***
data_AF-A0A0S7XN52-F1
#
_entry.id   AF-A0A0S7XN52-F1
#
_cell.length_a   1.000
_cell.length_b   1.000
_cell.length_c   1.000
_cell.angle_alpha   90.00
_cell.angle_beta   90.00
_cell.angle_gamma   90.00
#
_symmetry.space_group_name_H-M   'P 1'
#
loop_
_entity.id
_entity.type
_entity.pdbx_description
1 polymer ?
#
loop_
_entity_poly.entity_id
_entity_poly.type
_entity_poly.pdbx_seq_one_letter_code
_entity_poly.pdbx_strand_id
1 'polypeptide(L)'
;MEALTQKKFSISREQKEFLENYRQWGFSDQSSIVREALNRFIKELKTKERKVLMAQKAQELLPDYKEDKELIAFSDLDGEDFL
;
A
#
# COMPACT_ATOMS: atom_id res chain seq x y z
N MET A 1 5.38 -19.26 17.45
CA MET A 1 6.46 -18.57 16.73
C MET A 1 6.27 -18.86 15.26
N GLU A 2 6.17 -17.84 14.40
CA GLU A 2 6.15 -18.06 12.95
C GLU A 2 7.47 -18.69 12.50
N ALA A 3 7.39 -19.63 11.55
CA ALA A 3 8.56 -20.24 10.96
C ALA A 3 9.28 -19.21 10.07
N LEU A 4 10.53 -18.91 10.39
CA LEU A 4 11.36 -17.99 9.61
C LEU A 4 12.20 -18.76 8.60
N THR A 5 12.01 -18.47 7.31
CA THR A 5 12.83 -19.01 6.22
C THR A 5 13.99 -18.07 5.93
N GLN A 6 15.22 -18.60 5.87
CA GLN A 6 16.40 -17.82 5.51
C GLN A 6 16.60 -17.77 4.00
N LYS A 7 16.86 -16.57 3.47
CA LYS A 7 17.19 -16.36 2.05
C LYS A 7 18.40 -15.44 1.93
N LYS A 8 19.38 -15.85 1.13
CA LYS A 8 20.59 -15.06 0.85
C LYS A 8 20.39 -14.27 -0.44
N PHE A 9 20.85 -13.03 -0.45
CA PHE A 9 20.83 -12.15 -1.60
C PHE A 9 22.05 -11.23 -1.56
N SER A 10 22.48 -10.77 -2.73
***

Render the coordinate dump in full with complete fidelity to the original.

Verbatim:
data_AF-A0A0S7XN52-F1
#
_entry.id   AF-A0A0S7XN52-F1
#
_cell.length_a   1.000
_cell.length_b   1.000
_cell.length_c   1.000
_cell.angle_alpha   90.00
_cell.angle_beta   90.00
_cell.angle_gamma   90.00
#
_symmetry.space_group_name_H-M   'P 1'
#
loop_
_entity.id
_entity.type
_entity.pdbx_description
1 polymer ?
#
loop_
_entity_poly.entity_id
_entity_poly.type
_entity_poly.pdbx_seq_one_letter_code
_entity_poly.pdbx_strand_id
1 'polypeptide(L)'
;MEALTQKKFSISREQKEFLENYRQWGFSDQSSIVREALNRFIKELKTKERKVLMAQKAQELLPDYKEDKELIAFSDLDGEDFL
;
A
#
# COMPACT_ATOMS: atom_id res chain seq x y z
N MET A 1 5.38 -19.26 17.45
CA MET A 1 6.46 -18.57 16.73
C MET A 1 6.27 -18.86 15.26
N GLU A 2 6.17 -17.84 14.40
CA GLU A 2 6.15 -18.06 12.95
C GLU A 2 7.47 -18.69 12.50
N ALA A 3 7.39 -19.63 11.55
CA ALA A 3 8.56 -20.24 10.96
C ALA A 3 9.28 -19.21 10.07
N LEU A 4 10.53 -18.91 10.39
CA LEU A 4 11.36 -17.99 9.61
C LEU A 4 12.20 -18.76 8.60
N THR A 5 12.01 -18.47 7.31
CA THR A 5 12.83 -19.01 6.22
C THR A 5 13.99 -18.07 5.93
N GLN A 6 15.22 -18.60 5.87
CA GLN A 6 16.40 -17.82 5.51
C GLN A 6 16.60 -17.77 4.00
N LYS A 7 16.86 -16.57 3.47
CA LYS A 7 17.19 -16.36 2.05
C LYS A 7 18.40 -15.44 1.93
N LYS A 8 19.38 -15.85 1.13
CA LYS A 8 20.59 -15.06 0.85
C LYS A 8 20.39 -14.27 -0.44
N PHE A 9 20.85 -13.03 -0.45
CA PHE A 9 20.83 -12.15 -1.60
C PHE A 9 22.05 -11.23 -1.56
N SER A 10 22.48 -10.77 -2.73